"I felt like that was sort of disrespectful for me, being the player and having the talent that I have that they would offer a player from New Jersey or Pennsylvania ahead of me, and I'm right down the street," Long said on national signing day this February. "I would have come here, I would have liked to, but that was their fault."
Looking back, Long said his time at Hargrave Military Academy was well-spent.
"I think prep school was the start of it. That's where all my discipline really came from," he said. "Getting up at 5 in morning, cleaning this and cleaning that, taking orders from guys who were much older and higher up in the ranks. I think my journey made me a better player. It made me stronger, got me bigger and it kept me hungry."
Figuring in the offense
Long is expected to step in at wide receiver, to show the NFL-caliber speed and great hands that helped make him a player many considered the top junior college prospect in the country last year. Long should be a dangerous complement to a teammate he calls "the Young Great One" — Stefon Diggs, who as a freshman was considered one of the most electrifying players in the Atlantic Coast Conference.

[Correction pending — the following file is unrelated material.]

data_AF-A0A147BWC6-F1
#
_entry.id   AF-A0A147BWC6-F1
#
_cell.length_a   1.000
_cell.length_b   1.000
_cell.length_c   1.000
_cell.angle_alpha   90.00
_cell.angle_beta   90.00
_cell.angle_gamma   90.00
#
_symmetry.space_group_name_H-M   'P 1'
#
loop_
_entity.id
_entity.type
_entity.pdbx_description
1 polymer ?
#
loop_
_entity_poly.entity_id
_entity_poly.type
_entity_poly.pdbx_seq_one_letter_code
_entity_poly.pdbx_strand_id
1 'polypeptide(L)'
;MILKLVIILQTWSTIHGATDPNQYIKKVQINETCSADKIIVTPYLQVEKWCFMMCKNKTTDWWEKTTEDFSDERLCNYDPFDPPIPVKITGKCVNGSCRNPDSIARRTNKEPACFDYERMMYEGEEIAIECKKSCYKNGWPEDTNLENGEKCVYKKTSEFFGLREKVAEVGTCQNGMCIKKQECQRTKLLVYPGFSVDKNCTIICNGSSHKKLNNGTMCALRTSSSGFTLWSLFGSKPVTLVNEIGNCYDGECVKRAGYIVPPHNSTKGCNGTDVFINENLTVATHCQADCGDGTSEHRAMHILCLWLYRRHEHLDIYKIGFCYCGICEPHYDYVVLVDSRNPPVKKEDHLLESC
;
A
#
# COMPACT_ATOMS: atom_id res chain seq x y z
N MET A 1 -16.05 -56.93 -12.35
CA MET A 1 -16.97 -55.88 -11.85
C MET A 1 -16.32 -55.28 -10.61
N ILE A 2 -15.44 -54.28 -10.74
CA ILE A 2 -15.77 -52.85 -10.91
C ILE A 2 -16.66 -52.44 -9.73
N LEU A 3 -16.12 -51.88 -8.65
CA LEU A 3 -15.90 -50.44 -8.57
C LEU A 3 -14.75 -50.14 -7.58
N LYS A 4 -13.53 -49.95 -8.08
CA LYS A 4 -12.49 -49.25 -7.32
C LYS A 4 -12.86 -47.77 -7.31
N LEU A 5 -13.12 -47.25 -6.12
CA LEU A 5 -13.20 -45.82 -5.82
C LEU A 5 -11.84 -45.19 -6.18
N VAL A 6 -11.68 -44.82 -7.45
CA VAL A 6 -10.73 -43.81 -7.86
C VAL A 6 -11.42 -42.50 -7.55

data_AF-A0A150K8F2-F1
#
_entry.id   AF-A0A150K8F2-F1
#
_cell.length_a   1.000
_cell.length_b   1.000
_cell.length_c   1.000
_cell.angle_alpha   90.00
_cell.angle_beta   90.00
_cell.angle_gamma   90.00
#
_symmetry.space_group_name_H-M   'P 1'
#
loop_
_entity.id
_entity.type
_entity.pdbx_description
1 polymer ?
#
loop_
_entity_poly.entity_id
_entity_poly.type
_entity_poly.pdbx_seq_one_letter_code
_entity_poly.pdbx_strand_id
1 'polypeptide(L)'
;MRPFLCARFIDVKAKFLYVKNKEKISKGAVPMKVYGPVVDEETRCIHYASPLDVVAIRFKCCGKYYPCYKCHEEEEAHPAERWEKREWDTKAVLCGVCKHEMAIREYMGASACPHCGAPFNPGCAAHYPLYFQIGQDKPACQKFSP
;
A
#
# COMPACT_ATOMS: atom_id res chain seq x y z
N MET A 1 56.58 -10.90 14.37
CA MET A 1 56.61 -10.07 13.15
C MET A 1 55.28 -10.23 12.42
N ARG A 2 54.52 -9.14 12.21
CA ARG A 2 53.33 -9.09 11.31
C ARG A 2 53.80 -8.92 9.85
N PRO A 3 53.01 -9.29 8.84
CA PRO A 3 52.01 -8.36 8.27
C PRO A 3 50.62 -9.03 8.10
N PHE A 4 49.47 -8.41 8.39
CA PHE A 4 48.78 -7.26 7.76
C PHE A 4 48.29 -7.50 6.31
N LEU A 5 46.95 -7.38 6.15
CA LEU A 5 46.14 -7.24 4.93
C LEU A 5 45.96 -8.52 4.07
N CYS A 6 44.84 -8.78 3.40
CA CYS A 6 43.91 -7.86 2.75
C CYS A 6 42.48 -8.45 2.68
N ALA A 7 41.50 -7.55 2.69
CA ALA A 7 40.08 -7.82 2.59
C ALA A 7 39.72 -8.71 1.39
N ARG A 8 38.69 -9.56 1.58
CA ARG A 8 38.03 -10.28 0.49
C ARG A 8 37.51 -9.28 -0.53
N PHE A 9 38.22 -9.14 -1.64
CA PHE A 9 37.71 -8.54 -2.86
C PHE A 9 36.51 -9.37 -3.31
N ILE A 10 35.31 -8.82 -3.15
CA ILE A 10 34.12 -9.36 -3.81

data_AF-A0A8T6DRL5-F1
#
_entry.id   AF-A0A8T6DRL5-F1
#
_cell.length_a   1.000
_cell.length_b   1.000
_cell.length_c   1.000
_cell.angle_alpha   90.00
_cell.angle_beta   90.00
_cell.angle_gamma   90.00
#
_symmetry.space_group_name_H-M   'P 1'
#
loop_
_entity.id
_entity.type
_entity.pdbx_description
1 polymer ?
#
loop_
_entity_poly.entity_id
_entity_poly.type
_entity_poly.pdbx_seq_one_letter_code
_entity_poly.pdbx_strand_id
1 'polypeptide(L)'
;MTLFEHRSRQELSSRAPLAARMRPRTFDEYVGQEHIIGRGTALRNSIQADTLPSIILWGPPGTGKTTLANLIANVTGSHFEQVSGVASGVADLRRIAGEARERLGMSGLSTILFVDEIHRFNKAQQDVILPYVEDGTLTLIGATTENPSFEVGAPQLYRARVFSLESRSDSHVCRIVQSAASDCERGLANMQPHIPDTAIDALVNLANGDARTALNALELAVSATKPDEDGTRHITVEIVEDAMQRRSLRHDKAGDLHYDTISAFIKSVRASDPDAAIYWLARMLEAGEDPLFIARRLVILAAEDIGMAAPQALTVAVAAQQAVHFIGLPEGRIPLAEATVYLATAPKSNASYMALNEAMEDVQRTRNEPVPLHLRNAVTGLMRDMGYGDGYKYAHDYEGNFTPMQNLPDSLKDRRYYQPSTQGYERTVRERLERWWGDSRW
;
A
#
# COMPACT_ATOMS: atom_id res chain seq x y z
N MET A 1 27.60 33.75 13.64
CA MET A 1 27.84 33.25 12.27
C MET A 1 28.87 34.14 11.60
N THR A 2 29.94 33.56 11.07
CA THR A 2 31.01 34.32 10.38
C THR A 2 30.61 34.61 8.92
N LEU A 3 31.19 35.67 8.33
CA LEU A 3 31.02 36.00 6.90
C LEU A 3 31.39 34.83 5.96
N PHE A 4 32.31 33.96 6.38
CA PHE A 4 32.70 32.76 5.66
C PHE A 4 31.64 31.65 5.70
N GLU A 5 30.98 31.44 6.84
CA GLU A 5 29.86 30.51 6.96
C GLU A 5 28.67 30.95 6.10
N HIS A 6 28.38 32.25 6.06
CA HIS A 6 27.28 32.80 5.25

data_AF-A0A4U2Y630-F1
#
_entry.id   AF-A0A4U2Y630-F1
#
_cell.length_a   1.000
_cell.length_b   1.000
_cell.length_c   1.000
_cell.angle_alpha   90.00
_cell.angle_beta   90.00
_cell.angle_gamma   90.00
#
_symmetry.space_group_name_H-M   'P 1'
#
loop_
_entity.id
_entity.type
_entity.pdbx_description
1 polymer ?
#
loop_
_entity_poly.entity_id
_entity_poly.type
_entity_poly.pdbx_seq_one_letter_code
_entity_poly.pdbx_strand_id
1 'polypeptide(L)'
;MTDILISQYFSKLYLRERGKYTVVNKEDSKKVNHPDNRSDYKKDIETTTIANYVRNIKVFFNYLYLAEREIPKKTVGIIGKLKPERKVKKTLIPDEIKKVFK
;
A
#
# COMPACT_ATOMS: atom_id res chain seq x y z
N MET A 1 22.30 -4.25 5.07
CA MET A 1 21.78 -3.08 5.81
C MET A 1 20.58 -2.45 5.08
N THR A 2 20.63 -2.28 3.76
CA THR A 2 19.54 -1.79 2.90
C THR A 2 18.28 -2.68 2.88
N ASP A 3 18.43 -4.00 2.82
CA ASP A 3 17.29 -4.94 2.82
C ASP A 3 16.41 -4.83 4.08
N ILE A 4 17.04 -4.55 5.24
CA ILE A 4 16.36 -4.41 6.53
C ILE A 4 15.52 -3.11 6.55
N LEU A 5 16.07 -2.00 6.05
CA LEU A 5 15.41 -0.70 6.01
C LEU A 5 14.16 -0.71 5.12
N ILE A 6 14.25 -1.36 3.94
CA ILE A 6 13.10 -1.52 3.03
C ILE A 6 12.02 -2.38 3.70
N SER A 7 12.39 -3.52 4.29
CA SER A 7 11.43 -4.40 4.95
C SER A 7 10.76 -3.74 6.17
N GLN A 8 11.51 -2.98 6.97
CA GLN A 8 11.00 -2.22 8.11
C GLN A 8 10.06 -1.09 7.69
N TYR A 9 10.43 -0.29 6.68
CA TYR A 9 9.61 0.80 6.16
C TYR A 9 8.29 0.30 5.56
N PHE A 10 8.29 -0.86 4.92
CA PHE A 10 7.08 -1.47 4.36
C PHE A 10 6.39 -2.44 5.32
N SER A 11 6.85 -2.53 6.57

Young is expected to compete with redshirt senior C.J.Brown for the starting quarterback job going into the 2013 season. Though two inches smaller and 20 to 30 pounds lighter than the 6-3, 210-pound Brown, Young is considered a better passer. He might even be a step or two faster than Brown, who will participate on a limited basis in spring practice after undergoing knee surgery following a preseason ACL tear last year.
"I just want to use this spring to make my team a lot better. We've got a lot of young receivers, a lot of good receivers," said Young, who had to sit out last season because of NCAA transfer rules. "I want to use the spring to really take the time to get them really acquainted, to use the time to get myself back acquainted. I feel like I'm a veteran now."
Not only is Young familiar with Long. He has played with tight end Daniel Adams, who also tranferred from New Mexico, and he has known Diggs since they played together for three years between ages 8 and 10 on the White Oak Warriors in Pop Warner football. They have renewed their relationship over the past year.
"We have a really great rapport, that will help us a lot on connecting on certain routes, certain things we should be on point," Young said.
Aware that Brown was expected to start before suffering the knee injury last summer, Young said, "I came in with the attitude that I was going to be there every day, I was going to be diligent with my work, come in and add on some weight and maintain my speed if not get faster and stronger, actually just compete with those guys."